“It was really tough at first. I wasn’t a huge fan of it,” Doug said. “It’s almost annoying, like, ‘Man, I’ve heard this stuff over and over again for 18 years, and now it’s in a different tone and he’s yelling at my teammates and my friends?'” But they’ve grown since those first weeks, slowly learning how to keep basketball on the basketball court and family time back at the house.

“Now that everything’s established and we have a good group of guys that understand the whole situation, it’s been really easy,” Doug said. “When we have a tough day and coaches really get on us or something, it’s not like I’m going to be on my dad’s side. Everyone’s in the same boat. I’m pissed off at him too.”

The pinnacle came during Doug’s decision-making process last spring, when McDermott had to choose whether he wanted to lead his father’s program into the Big East or if it was time for him to head off to pursue a career as a professional. Greg never pushed for Doug to stay put, even though he knew it that having an all-american on his roster would allow the Bluejays to compete for the league title in their first season.

“I was completely honest with Doug about the feedback that I received from NBA teams,” Greg said. “Some of it was great, some of it was middle of the road and some of it was ‘I’m not sure if this guy guards, I’m not sure what position this guy plays.'”

“I was proud that he was able to navigate through the process and come to a decision that was best for him. I’m proud as his coach, but I’m also proud as his father.”

Ironically enough, Doug’s decision to return also forced his dad’s hand.

Starting point guard Grant Gibbs received a waiver that will allow him to be eligible for a sixth season, meaning that Creighton was one scholarship over the limit of 13.

Doug, who could become the first player since the mid-80s to be a three-time first-team all-american, is now a walk-on. It’s also the first time that he’s received special treatment since joining the program.

“The only thing is [when] my dad is talking to the team, it’s, ‘Alright, all you scholarship guys and Doug, come watch film’. I’m like, ‘C’mon man’. Everyone was laughing, telling me I’ve got laundry today.”

Maybe things aren’t that different at home and at practice after all.

POSTERIZED: Wyoming’s Josh Adams takes flight

Josh Adams
Associated Press
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Not only is Wyoming senior guard Josh Adams the lone returning starter from a team that won the Mountain West tournament last season, but he’s also one of college basketball’s best dunkers. And if anyone may have forgotten about his jumping ability, Adams put it on display Saturday during the Cowboys’ win over Montana State.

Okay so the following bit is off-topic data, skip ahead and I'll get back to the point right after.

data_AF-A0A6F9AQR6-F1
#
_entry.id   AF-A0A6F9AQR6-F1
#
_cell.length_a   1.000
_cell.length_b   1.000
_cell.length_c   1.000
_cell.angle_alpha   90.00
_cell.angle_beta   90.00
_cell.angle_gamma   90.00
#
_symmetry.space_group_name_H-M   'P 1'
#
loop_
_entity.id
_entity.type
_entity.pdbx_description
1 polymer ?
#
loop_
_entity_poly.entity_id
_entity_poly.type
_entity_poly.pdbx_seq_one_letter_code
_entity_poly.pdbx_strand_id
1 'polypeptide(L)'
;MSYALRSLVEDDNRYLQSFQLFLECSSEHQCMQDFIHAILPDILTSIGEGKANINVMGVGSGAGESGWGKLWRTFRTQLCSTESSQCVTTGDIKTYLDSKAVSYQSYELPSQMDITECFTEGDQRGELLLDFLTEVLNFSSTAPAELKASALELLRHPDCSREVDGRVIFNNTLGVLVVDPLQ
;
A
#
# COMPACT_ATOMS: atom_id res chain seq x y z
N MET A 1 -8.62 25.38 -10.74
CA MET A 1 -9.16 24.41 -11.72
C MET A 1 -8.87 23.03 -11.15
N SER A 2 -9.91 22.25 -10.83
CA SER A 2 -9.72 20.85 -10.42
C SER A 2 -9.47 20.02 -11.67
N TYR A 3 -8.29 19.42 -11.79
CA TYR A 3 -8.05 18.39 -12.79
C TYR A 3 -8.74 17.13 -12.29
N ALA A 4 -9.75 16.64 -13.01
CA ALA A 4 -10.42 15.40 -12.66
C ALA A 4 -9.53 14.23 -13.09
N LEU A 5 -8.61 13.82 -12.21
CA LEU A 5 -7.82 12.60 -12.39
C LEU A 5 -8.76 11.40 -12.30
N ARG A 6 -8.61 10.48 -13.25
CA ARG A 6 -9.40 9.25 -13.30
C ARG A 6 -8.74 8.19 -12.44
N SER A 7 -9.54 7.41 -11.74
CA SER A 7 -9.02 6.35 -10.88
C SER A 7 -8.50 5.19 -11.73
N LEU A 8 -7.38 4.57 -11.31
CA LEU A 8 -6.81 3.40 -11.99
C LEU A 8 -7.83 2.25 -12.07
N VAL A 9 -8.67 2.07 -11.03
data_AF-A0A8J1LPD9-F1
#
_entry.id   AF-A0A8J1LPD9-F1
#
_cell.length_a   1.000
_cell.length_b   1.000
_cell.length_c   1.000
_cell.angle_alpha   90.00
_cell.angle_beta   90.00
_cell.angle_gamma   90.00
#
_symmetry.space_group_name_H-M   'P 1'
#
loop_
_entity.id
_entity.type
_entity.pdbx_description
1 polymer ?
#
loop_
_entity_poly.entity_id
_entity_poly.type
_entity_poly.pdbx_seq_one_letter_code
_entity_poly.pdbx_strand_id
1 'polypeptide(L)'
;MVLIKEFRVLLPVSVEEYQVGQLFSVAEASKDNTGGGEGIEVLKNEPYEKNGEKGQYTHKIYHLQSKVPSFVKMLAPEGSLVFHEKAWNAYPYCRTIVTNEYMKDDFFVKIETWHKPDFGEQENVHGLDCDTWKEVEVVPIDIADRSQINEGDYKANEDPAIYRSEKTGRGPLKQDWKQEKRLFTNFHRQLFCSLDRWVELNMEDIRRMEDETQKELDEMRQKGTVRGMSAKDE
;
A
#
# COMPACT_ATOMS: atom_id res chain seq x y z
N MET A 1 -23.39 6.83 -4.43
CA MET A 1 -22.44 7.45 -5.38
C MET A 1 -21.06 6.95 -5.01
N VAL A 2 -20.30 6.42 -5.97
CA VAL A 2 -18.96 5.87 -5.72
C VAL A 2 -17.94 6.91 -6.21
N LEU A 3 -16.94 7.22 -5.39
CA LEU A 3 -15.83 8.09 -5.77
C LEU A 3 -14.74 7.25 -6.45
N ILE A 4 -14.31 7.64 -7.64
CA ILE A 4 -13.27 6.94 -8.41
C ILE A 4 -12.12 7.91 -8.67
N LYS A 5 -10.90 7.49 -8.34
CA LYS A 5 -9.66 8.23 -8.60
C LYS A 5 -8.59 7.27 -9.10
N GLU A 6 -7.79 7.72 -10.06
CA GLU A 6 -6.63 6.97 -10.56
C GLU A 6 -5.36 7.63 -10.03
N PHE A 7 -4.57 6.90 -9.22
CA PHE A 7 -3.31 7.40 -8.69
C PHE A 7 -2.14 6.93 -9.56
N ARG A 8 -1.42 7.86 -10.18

After splitting two Montana State players at the top of the key Adams attacked the basket, dunking with two hands over a late-arriving help-side defender. If you’re going to rotate over, have to do it quicker than that.

Video credit: Wyoming Athletics

Defensive progress will determine No. 4 Iowa State’s ceiling

Monte Morris
Associated Press
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Even with the coaching change from Fred Hoiberg to Steve Prohm, No. 4 Iowa State remains one of the nation’s best offensive teams. Given their skills on that end of the floor many teams find it tough to go score for score with the Cyclones, and that’s what happened to Illinois in Iowa State’s 84-73 win in the Emerald Coast Classic title game.

Georges Niang scored 23 points and grabbed eight rebounds, with Monté Morris adding 20, nine rebounds and six assists and Abdel Nader 18 points as the Cyclones moved to 5-0 on the season. The three-pointers weren’t falling in the second half, as Iowa State shot 0-f0r-12, but they shot 19-for-24 inside of the arc to pull away from a team that lost big man Mike Thorne Jr. late in the first half to a left knee injury.

Illinois’ loss of size in the paint opened things up offensively for Iowa State, and the Cyclones took advantage. But where this group grabbed control of the game was on the defensive end of the floor, and that will be the key for a team with Big 12 and national title aspirations.

Nader took on the responsibility of defending Illinois’ Malcolm Hill (20 points) in the second half and did a solid job of keeping the junior wing in check, with that serving as the spark to a 12-2 run that put the game away. There’s no denying that the Cyclones can put points on the board; most of the talent from last season is back and the productivity on that end of the floor hasn’t changed as a result. Niang’s one of the nation’s best forwards, and both Morris (who now ranks among the country’s best point guards) and Nader have taken significant strides in their respective games.

Iowa State will add Deonte Burton in December, giving them another option to call upon. Front court depth is a bit of a concern, as Iowa State can ill afford to lose a Niang or Jameel McKay, but there’s enough on the roster to compensate for that and force mismatches in other areas.

But the biggest question for this group is how effective they can become at stringing together stops. Illinois certainly had its moments in both halves Saturday night, but Iowa State also showed during the game’s decisive stretch that they can step up defensively. The key now is to do so consistently, and if that occurs the Cyclones can be a threat both within the Big 12 and nationally.